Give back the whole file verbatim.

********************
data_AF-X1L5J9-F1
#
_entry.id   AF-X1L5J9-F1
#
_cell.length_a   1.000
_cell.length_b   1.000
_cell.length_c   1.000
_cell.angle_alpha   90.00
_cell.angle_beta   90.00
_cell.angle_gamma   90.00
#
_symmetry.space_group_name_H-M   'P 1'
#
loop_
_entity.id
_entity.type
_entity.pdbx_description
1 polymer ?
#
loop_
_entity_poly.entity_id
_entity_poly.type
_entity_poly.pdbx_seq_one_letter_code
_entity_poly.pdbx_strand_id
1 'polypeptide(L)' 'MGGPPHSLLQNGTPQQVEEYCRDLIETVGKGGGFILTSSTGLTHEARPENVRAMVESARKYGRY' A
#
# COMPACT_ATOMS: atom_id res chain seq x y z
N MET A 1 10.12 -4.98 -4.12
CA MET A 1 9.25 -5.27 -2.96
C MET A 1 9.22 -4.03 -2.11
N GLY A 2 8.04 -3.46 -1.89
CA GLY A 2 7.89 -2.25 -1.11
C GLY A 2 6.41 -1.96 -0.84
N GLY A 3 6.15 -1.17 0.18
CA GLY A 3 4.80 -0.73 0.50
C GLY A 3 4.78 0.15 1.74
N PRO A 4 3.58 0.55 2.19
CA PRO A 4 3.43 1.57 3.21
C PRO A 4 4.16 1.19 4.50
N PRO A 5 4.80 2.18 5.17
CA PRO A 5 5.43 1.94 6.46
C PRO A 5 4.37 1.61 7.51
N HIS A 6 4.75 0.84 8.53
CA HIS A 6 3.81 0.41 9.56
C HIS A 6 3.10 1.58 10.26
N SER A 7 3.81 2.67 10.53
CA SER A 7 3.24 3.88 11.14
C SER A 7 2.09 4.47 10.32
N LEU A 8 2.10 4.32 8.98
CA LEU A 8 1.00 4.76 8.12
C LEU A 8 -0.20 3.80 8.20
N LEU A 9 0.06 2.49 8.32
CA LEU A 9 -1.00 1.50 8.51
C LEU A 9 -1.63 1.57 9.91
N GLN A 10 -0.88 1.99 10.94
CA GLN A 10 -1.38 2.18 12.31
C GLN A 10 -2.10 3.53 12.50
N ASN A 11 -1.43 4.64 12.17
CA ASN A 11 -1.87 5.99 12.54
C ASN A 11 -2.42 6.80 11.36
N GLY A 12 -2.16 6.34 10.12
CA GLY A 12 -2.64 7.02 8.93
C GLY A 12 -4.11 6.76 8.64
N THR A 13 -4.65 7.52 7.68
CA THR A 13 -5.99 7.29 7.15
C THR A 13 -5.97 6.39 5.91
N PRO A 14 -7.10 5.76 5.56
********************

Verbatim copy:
data_AF-X1L5J9-F1
#
_entry.id   AF-X1L5J9-F1
#
_cell.length_a   1.000
_cell.length_b   1.000
_cell.length_c   1.000
_cell.angle_alpha   90.00
_cell.angle_beta   90.00
_cell.angle_gamma   90.00
#
_symmetry.space_group_name_H-M   'P 1'
#
loop_
_entity.id
_entity.type
_entity.pdbx_description
1 polymer ?
#
loop_
_entity_poly.entity_id
_entity_poly.type
_entity_poly.pdbx_seq_one_letter_code
_entity_poly.pdbx_strand_id
1 'polypeptide(L)' 'MGGPPHSLLQNGTPQQVEEYCRDLIETVGKGGGFILTSSTGLTHEARPENVRAMVESARKYGRY' A
#
# COMPACT_ATOMS: atom_id res chain seq x y z
N MET A 1 10.12 -4.98 -4.12
CA MET A 1 9.25 -5.27 -2.96
C MET A 1 9.22 -4.03 -2.11
N GLY A 2 8.04 -3.46 -1.89
CA GLY A 2 7.89 -2.25 -1.11
C GLY A 2 6.41 -1.96 -0.84
N GLY A 3 6.15 -1.17 0.18
CA GLY A 3 4.80 -0.73 0.50
C GLY A 3 4.78 0.15 1.74
N PRO A 4 3.58 0.55 2.19
CA PRO A 4 3.43 1.57 3.21
C PRO A 4 4.16 1.19 4.50
N PRO A 5 4.80 2.18 5.17
CA PRO A 5 5.43 1.94 6.46
C PRO A 5 4.37 1.61 7.51
N HIS A 6 4.75 0.84 8.53
CA HIS A 6 3.81 0.41 9.56
C HIS A 6 3.10 1.58 10.26
N SER A 7 3.81 2.67 10.53
CA SER A 7 3.24 3.88 11.14
C SER A 7 2.09 4.47 10.32
N LEU A 8 2.10 4.32 8.98
CA LEU A 8 1.00 4.76 8.12
C LEU A 8 -0.20 3.80 8.20
N LEU A 9 0.06 2.49 8.32
CA LEU A 9 -1.00 1.50 8.51
C LEU A 9 -1.63 1.57 9.91
N GLN A 10 -0.88 1.99 10.94
CA GLN A 10 -1.38 2.18 12.31
C GLN A 10 -2.10 3.53 12.50
N ASN A 11 -1.43 4.64 12.17
CA ASN A 11 -1.87 5.99 12.54
C ASN A 11 -2.42 6.80 11.36
N GLY A 12 -2.16 6.34 10.12
CA GLY A 12 -2.64 7.02 8.93
C GLY A 12 -4.11 6.76 8.64
N THR A 13 -4.65 7.52 7.68
CA THR A 13 -5.99 7.29 7.15
C THR A 13 -5.97 6.39 5.91
N PRO A 14 -7.10 5.76 5.56